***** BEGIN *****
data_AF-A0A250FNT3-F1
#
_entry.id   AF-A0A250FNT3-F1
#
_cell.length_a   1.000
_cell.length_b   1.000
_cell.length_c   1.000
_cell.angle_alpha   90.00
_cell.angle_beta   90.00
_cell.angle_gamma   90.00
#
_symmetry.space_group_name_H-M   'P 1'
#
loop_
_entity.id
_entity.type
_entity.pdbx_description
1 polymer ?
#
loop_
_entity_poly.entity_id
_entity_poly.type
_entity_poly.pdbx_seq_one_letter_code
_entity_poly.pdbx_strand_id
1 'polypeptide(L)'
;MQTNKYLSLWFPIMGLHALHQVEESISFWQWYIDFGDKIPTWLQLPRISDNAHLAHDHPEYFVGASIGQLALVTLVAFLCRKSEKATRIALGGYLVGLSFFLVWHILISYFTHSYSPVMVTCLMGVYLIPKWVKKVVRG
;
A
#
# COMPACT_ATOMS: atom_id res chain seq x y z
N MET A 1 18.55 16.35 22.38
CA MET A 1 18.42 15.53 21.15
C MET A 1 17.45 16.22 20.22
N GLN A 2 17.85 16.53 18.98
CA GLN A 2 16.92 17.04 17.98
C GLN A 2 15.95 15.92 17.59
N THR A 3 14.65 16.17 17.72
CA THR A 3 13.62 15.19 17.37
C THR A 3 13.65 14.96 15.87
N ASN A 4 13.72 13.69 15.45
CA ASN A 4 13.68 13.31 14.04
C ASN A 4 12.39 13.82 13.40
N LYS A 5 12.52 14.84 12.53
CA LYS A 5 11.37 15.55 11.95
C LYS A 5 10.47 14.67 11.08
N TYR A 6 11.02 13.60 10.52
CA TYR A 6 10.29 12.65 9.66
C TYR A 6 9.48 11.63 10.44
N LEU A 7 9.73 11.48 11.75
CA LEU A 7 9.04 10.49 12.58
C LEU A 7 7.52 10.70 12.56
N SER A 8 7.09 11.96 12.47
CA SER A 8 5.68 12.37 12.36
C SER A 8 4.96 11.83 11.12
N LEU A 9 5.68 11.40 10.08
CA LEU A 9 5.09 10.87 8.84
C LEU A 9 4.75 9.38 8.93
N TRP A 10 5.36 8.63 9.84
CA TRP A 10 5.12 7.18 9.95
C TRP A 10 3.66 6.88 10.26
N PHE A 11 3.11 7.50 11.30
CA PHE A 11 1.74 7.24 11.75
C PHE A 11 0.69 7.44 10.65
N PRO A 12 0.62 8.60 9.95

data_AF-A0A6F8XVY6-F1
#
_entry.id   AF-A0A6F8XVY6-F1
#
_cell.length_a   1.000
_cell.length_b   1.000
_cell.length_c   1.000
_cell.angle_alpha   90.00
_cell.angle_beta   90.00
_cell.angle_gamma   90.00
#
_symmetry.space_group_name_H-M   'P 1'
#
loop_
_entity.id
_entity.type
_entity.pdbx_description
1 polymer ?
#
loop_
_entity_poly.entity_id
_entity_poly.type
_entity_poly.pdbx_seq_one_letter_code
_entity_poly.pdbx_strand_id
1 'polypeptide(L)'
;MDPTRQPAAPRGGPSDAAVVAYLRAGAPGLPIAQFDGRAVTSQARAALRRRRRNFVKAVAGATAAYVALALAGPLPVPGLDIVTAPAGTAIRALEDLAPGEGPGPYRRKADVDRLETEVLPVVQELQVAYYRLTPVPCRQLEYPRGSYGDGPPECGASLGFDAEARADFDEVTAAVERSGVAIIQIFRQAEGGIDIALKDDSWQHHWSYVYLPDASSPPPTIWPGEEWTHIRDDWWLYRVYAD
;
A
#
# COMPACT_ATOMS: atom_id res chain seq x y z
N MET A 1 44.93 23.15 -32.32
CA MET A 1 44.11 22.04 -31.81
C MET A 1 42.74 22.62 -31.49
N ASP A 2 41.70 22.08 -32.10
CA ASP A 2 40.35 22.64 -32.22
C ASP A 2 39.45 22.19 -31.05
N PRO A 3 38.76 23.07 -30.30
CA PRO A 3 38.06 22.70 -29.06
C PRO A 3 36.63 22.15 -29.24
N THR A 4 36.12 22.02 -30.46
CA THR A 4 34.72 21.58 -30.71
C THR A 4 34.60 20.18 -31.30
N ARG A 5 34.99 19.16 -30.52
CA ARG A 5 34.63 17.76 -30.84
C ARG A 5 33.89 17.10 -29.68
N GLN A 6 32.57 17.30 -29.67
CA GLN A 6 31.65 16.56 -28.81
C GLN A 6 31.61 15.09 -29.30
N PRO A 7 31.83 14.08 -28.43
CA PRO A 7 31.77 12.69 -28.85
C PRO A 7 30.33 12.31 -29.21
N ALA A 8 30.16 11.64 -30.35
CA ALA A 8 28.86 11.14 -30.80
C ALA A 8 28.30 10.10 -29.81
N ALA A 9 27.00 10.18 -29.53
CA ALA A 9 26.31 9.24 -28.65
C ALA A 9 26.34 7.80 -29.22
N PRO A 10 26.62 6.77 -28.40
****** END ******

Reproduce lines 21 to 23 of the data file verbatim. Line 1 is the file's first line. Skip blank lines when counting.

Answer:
_entity_poly.entity_id
_entity_poly.type
_entity_poly.pdbx_seq_one_letter_code